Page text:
The budget plan calls for $32 billion in cuts targeted at feds over 10 years. While unspecified in the House budget resolution, those hits could include damaging retirement proposals previously offered by Trump.
Trump’s action is “a major step backward in the relationship between managers and front-line federal employees [that] will weaken efforts to make government more efficient and effective,” according to the Treasury Employees Union.
“This is an ominous sign for the future of federal labor-management relations,” NTEU President Tony Reardon added. But, it is not the only one, the Post said.
After the President announced his appointees to the Federal Services Impasses Panel in July, union leaders said they were aghast. The panel resolves disputes between agencies and federal labor organizations. With Trump’s appointees, labor leaders feel the deck is stacked against them.
“The Trump administration pulled out all of the stops on this one,” said Randy Erwin, president of the National Federation of Federal Employees. “The diversity of this panel ranges from people who publicly campaign against unions to people that actively litigate against unions. I have little faith that this panel can properly evaluate a dispute without inherent bias or personal ideology interfering.”
In addition, The Post says it seems that the President is dismantling labor/management forums and empowers efforts by congressional Republicans against “official time.” Now, they can argue, there is less reason for it.
Union officials use official time to participate in the forums and other activities designed to facilitate communication and problem-solving between labor and management. Labor leaders on official time are paid by the government while representing everyone in a bargaining unit, even those who don’t pay dues.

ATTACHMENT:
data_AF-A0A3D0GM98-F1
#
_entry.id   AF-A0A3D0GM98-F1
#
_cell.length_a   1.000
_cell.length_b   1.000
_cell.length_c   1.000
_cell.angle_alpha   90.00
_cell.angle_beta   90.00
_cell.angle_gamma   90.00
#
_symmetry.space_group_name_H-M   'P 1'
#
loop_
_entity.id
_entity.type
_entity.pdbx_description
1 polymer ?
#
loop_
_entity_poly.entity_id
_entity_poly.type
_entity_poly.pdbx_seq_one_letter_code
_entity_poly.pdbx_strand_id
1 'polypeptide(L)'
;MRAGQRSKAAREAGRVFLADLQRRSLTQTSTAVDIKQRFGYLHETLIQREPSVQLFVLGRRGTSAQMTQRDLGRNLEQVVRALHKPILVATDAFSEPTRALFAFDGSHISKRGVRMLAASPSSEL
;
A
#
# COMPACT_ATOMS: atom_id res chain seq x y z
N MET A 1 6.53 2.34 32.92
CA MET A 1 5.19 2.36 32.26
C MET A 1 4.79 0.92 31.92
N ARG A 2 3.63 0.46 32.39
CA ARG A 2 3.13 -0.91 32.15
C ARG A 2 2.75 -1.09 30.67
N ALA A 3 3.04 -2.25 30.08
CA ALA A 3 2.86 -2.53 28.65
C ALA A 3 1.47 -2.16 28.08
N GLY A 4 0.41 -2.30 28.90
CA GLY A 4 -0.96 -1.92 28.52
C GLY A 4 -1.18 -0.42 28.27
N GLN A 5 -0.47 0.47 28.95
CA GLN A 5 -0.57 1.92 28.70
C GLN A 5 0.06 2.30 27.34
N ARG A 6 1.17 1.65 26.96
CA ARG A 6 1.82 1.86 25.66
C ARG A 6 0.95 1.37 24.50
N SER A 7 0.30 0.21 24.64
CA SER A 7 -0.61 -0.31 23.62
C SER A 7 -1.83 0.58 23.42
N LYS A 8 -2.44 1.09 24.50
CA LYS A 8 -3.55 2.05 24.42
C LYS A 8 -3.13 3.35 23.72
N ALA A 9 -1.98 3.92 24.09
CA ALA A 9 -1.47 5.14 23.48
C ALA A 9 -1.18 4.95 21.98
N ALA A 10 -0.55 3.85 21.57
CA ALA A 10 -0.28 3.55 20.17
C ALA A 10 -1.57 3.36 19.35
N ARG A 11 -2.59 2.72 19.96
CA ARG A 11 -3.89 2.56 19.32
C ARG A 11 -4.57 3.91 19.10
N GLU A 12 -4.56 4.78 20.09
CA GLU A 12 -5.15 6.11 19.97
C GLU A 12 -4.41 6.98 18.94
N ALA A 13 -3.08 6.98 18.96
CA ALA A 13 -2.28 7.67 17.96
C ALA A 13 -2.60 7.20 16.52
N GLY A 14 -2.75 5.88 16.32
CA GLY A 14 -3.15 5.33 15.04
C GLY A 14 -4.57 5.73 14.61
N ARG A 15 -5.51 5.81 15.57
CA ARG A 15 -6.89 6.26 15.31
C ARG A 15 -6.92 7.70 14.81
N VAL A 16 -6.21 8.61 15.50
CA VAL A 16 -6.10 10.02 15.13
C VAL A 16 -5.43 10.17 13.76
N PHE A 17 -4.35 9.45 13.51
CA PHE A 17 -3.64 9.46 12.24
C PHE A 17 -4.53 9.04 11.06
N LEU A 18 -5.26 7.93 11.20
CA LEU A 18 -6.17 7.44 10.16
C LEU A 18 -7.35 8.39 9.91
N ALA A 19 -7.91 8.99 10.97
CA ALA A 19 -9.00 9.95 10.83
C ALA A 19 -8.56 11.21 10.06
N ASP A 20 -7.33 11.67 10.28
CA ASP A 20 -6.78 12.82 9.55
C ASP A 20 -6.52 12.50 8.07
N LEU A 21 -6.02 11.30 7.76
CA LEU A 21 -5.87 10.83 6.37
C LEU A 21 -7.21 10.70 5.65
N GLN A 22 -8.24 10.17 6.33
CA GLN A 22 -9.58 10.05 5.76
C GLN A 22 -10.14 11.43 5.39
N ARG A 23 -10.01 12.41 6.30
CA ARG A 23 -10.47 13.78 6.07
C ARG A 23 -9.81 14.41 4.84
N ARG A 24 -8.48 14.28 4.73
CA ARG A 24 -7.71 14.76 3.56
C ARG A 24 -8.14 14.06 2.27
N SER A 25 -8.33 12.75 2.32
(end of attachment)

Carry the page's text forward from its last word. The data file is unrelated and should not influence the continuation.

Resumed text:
The fact is that much “union work,” such as recruiting members, is not allowed. Official time covers working with management on issues involving federal employees, union members or not, such as safety and efficiency, thee union officials say.
The Post concludes that Congressional assaults on worker organizations can and do encourage feds to join unions for protection. A law affecting the Department of Veterans Affairs, for example, weakens due process for all employees and eliminates the ability of VA’s senior executives to appeal disciplinary actions to outside agencies, as other feds can, the Post says.
Union growth “has more to do with attacks coming from Congress than what is coming from the administration, with the latest example being the House-passed budget,” said Matt Biggs, legislative director of the International Federation of Professional & Technical Engineers.
The proposal was approved, 219 to 206, by the House last week, with no Democratic support and 18 Republicans defecting from their party’s efforts to weaken the bureaucracy that Republicans see as too strong.
On a related front, Trump’s plan to weaken government through personnel cuts led to Thursday’s letter to the House Oversight and Government Reform Committee chairman from all 18 Democrats on the panel, calling for hearings on the “degradation of the federal workforce.”
That degradation led NTEU’s Reardon to ask: “Since when is it acceptable to attack the very people who are providing hurricane relief, protecting clean air and water, conducting cutting-edge scientific research, enforcing the tax laws, securing the border, maintaining the national parks and guarding our financial system?”
So, this is a fight that surprises nobody, but the idea that budget cuts and tougher rules on the bureaucracy actually unify -- and possibly strengthen -- some of the organizations in the administration crosshairs is relatively counterintuitive. This is a The Post conclusion that certainly will be tested quickly, and which is unlikely to change administration predispositions about labor groups -- but which could intensify important labor disputes and which should be watched closely by producers, Washington Insider believes.